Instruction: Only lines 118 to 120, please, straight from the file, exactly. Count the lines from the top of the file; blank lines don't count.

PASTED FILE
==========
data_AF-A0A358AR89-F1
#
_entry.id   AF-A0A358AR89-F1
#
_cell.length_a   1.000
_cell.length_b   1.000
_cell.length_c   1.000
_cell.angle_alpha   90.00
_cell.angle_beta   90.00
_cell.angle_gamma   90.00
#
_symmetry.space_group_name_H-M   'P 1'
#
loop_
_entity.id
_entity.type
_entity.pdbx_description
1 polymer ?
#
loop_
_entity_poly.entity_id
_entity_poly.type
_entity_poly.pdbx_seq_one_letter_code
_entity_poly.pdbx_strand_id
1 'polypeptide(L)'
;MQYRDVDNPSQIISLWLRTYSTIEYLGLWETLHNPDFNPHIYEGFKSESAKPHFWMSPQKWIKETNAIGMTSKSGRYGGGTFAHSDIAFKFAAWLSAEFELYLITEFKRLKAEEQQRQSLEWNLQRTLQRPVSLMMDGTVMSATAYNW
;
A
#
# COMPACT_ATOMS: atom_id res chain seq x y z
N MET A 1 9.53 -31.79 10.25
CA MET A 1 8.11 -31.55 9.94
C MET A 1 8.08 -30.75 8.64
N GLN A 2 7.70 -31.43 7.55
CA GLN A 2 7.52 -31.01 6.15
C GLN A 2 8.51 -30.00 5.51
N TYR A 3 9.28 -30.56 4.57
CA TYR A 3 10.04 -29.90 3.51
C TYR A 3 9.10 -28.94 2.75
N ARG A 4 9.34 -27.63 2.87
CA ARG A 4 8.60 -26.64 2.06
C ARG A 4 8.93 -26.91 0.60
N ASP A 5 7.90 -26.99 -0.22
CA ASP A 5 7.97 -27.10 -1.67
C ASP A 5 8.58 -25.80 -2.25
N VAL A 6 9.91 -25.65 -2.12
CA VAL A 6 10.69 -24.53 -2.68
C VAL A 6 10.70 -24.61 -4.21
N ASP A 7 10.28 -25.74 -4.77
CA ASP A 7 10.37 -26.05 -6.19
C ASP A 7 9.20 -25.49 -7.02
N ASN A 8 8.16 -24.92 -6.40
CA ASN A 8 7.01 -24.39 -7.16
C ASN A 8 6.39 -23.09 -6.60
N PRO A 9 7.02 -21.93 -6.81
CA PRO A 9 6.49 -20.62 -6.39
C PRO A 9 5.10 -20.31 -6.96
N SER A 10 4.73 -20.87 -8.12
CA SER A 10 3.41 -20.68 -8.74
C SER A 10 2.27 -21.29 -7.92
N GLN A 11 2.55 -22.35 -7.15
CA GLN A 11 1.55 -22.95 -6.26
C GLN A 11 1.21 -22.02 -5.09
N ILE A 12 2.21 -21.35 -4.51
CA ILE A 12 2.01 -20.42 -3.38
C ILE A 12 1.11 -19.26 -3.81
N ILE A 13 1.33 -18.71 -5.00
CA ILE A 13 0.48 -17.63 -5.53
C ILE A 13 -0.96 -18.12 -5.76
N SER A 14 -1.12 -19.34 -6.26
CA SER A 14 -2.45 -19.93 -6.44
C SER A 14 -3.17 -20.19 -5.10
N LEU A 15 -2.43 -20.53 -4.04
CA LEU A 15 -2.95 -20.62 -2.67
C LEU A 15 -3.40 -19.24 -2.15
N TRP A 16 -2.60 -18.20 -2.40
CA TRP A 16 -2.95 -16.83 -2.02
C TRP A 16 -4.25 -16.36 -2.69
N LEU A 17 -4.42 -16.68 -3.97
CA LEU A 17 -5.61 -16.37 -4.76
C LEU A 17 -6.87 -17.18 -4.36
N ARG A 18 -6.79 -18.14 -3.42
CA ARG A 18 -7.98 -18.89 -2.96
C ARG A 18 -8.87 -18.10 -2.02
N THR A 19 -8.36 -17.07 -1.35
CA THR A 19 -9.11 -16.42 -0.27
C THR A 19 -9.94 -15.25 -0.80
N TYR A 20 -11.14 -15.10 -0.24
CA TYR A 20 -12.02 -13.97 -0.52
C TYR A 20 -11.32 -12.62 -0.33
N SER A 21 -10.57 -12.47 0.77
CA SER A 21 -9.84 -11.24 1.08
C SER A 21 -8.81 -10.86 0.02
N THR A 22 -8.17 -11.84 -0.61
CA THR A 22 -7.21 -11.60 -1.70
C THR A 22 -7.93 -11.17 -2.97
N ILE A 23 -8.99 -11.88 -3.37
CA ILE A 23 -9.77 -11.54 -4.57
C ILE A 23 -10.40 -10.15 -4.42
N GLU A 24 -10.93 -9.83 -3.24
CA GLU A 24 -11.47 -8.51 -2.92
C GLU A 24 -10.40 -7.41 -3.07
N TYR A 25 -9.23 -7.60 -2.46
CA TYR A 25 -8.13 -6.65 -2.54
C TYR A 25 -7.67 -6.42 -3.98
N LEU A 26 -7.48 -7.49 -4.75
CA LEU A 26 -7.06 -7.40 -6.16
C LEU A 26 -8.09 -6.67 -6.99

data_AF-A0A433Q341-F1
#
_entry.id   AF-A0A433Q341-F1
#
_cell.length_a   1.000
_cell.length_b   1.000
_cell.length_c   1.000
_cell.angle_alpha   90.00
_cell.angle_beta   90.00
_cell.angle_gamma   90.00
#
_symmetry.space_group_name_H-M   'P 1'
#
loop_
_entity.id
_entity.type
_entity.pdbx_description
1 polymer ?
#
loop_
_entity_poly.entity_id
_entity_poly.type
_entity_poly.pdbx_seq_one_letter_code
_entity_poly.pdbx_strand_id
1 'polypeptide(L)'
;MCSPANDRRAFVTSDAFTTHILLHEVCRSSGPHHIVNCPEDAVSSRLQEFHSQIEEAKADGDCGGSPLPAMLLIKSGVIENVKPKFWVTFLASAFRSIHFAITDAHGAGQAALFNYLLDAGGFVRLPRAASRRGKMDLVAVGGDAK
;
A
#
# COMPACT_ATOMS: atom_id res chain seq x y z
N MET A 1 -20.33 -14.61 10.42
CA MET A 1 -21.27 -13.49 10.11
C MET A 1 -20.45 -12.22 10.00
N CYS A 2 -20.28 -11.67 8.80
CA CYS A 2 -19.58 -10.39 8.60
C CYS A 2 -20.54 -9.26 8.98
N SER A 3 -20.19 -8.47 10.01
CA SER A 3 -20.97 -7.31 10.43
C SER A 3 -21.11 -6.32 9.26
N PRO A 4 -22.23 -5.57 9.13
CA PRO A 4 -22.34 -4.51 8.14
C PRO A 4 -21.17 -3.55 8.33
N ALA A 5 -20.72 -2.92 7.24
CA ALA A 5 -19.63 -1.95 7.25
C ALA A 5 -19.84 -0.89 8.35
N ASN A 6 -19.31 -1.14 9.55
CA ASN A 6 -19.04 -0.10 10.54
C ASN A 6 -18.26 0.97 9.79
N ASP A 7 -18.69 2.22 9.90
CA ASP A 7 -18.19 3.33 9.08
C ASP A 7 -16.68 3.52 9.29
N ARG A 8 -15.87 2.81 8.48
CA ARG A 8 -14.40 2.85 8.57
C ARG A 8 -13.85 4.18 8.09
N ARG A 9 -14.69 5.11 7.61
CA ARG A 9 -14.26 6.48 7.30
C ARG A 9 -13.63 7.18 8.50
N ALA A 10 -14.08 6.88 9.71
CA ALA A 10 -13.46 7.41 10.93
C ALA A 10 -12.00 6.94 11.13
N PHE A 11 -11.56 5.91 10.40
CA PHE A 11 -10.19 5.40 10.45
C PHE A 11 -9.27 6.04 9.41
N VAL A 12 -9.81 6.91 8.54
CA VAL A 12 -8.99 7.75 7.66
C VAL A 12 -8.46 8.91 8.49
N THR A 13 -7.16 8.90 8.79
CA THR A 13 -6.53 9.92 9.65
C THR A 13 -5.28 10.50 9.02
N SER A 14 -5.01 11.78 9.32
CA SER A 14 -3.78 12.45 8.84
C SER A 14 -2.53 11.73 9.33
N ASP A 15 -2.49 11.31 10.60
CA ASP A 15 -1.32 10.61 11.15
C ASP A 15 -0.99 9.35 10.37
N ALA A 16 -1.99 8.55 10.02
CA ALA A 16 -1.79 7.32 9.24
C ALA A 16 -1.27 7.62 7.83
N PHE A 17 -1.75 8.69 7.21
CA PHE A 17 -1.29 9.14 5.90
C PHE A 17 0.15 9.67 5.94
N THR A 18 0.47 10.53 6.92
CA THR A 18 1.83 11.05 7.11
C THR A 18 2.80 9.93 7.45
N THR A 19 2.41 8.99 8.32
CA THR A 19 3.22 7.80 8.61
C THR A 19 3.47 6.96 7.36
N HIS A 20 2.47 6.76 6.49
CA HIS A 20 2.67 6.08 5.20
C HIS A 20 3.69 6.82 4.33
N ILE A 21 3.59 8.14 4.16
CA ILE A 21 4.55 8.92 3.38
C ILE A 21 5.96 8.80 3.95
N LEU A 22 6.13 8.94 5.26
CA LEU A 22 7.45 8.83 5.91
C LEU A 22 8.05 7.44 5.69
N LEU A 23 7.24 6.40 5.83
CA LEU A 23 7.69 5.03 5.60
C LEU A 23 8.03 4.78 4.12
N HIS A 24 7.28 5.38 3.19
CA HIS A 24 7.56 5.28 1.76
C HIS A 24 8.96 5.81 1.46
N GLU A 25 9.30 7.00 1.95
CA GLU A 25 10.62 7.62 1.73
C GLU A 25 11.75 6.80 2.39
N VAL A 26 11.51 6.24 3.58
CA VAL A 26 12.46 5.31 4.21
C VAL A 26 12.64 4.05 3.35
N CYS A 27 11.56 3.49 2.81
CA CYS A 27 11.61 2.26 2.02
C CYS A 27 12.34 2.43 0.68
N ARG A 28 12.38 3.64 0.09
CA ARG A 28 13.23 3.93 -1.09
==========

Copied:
_cell.angle_gamma   90.00
#
_symmetry.space_group_name_H-M   'P 1'